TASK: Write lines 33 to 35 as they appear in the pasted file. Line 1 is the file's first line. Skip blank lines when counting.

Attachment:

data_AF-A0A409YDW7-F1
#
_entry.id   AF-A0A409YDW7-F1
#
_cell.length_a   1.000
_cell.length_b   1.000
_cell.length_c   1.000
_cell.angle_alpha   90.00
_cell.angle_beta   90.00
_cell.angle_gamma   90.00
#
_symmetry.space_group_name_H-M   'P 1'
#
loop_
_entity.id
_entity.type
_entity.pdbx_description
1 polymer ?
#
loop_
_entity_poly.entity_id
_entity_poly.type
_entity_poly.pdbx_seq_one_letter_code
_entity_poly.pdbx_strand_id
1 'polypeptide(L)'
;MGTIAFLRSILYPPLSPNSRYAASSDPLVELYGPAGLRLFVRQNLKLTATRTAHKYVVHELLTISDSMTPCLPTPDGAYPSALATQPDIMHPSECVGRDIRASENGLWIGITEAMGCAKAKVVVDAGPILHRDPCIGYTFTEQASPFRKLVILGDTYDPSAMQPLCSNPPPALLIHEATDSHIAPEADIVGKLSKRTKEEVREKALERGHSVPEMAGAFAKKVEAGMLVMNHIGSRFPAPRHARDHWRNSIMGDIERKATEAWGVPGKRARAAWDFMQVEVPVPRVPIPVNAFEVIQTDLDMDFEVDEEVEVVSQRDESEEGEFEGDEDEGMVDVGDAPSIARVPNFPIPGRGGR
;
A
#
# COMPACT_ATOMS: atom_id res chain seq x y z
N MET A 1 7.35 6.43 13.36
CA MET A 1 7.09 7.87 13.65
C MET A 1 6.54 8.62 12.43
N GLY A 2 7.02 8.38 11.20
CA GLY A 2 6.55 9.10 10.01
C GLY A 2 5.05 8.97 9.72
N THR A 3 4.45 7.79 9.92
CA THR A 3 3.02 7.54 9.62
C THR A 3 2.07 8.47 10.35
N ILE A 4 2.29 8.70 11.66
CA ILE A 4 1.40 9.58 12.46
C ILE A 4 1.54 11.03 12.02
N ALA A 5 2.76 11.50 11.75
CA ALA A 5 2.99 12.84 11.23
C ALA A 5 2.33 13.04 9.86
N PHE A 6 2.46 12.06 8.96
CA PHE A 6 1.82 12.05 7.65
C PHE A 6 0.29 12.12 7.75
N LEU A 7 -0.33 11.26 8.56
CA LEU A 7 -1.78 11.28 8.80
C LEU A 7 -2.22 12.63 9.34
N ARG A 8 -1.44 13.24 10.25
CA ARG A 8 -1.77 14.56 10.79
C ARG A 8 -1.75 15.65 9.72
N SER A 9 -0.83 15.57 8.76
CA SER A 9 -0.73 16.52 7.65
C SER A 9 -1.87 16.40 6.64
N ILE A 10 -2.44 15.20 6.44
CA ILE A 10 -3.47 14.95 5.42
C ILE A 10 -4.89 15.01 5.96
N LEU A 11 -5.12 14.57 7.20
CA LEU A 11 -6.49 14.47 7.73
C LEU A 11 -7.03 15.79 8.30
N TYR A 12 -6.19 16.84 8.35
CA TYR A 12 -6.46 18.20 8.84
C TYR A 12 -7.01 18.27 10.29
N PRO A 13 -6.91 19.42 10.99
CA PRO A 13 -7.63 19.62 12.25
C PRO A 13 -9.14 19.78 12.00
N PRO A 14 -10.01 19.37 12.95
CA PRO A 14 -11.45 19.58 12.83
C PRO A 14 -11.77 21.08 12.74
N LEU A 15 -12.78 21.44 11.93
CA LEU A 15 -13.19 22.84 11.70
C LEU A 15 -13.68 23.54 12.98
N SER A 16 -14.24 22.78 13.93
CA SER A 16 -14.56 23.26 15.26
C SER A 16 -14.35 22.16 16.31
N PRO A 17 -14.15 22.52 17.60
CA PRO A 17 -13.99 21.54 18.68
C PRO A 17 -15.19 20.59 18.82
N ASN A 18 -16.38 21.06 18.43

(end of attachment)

C MET A 1 6.54 8.62 12.43
N GLY A 2 7.02 8.38 11.20
CA GLY A 2 6.55 9.10 10.01